The "Gang of 10" Senate lawmakers include: Senators Kent Conrad (D-ND); Saxby Chambliss (R-GA); and other members include: Senators Ben Nelson (D-NE), John Thune (R-SD), Lindsey Graham (R-SC); Blanche Lincoln (D-AR); Mark Pryor (D-AR); Mary Landrieu (D-LA), Johnny Isakson (R-GA), Bob Corker (R-TN).

The bipartisan coalition of senators led Senators Conrad and Chambliss unveiled their sweeping energy proposal at about noon August 1, to reduce gas prices, lessen our nation’s dependence on foreign oil, and strengthen America’s economy. They said the comprehensive New Energy Reform Act of 2008, -- known as “New ERA” -- lays the groundwork to transition the nation’s motor vehicle fleets to fuels other than gasoline and diesel. To ease gas prices in the interim, the proposal includes significant conservation provisions, consumer tax credits, and responsible measures to increase domestic production. The New Era bill contains three main components: An intensive effort to transition vehicles to non-petroleum based fuels; A robust federal commitment to conservation and energy efficiency; and Targeted, responsible domestic production of energy resources. They said they hoped the discussion draft bill could be a starting point for discussions when the Senate returns in September.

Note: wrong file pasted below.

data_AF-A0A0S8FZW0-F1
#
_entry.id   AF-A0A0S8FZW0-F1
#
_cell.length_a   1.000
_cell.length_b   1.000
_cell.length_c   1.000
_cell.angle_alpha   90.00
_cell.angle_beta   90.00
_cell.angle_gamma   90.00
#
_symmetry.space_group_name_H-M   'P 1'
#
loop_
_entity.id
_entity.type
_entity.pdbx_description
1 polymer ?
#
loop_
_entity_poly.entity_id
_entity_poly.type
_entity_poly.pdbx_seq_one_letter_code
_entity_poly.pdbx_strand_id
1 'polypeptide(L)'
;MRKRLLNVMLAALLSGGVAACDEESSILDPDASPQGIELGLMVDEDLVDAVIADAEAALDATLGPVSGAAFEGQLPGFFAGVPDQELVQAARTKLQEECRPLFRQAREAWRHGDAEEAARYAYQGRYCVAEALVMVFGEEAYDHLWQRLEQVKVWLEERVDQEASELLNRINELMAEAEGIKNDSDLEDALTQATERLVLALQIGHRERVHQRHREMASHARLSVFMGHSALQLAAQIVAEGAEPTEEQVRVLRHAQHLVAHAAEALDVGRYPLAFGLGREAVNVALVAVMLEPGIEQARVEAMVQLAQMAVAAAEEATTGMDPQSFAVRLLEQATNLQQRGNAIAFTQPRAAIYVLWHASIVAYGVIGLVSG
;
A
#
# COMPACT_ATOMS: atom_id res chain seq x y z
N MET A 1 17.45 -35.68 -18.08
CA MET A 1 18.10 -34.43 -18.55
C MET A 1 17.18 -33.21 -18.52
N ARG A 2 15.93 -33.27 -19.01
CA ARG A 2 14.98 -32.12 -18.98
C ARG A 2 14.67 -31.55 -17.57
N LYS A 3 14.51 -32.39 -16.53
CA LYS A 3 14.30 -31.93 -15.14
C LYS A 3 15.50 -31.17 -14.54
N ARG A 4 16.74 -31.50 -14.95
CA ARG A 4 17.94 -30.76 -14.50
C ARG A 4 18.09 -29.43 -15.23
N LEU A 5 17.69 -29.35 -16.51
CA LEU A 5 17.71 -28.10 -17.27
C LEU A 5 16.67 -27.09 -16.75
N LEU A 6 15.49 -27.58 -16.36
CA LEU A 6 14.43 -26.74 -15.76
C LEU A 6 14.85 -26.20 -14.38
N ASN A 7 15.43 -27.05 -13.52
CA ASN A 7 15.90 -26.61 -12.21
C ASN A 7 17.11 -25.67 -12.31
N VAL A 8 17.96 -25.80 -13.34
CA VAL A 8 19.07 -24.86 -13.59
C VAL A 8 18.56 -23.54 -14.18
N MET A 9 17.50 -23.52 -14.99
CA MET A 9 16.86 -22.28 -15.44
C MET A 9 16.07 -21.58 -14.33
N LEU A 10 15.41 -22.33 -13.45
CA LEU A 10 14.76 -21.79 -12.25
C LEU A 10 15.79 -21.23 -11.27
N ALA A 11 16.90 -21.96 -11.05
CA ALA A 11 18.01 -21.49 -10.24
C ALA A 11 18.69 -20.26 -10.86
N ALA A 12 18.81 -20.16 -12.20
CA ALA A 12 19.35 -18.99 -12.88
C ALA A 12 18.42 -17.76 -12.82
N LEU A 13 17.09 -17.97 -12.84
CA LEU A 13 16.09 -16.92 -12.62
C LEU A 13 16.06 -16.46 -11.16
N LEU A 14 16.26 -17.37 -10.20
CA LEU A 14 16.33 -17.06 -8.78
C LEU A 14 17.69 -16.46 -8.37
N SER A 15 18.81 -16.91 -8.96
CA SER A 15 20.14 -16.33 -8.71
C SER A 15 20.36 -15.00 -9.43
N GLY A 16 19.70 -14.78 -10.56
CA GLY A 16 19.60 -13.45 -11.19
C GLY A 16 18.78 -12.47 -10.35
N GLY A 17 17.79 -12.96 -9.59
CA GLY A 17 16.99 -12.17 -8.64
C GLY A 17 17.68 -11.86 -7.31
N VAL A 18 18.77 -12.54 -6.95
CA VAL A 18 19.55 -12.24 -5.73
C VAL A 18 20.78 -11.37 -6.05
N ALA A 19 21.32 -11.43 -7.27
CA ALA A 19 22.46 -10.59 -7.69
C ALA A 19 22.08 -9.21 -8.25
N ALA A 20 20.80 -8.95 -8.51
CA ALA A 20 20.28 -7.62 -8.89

In brief summary, the plan calls for transitioning 85% of America’s new motor vehicles to non-petroleum-based fuels within 20 years; significant $84 billion federal commitment to promoting conservation and efficiency including; extending renewable energy, carbon mitigation and energy conservation and efficiency tax incentives and the production tax credit, through 2012; increased domestic energy production in environmentally responsible ways, including new Gulf of Mexico areas and allowing Virginia, North and South Carolina and Georgia to opt in to leasing off their shores. The plan is silent for now on the subject of speculation and the groups said the would await the mid-September report of the CFTC to consider this subject [A general summary of the bill is available from the contact below].

Access a release from Senator Nelson and link to the letter to Kempthorne (
click here). Access a release from DOI (click here). Access a prepublication copy of the Call for Information (click here). Access a FAQ document on the Call (click here). Access the MMS website for additional information (click here). Access the West Coast Governors Ocean Agreement website for complete background and extensive information (click here). Access a release from Majority Leader Reid (click here). Access a letter from Reid to McConnell and his statement on the "Gang of 10" (click here). Access the Floor statement from Senator McConnell (click here). Access the Gang of 10 release on their plan (click here). Access a Senatus Blog posts on the possible September shutdown (click here). Access the "Gang of 10" press conference video (click here). [*Energy, *Water]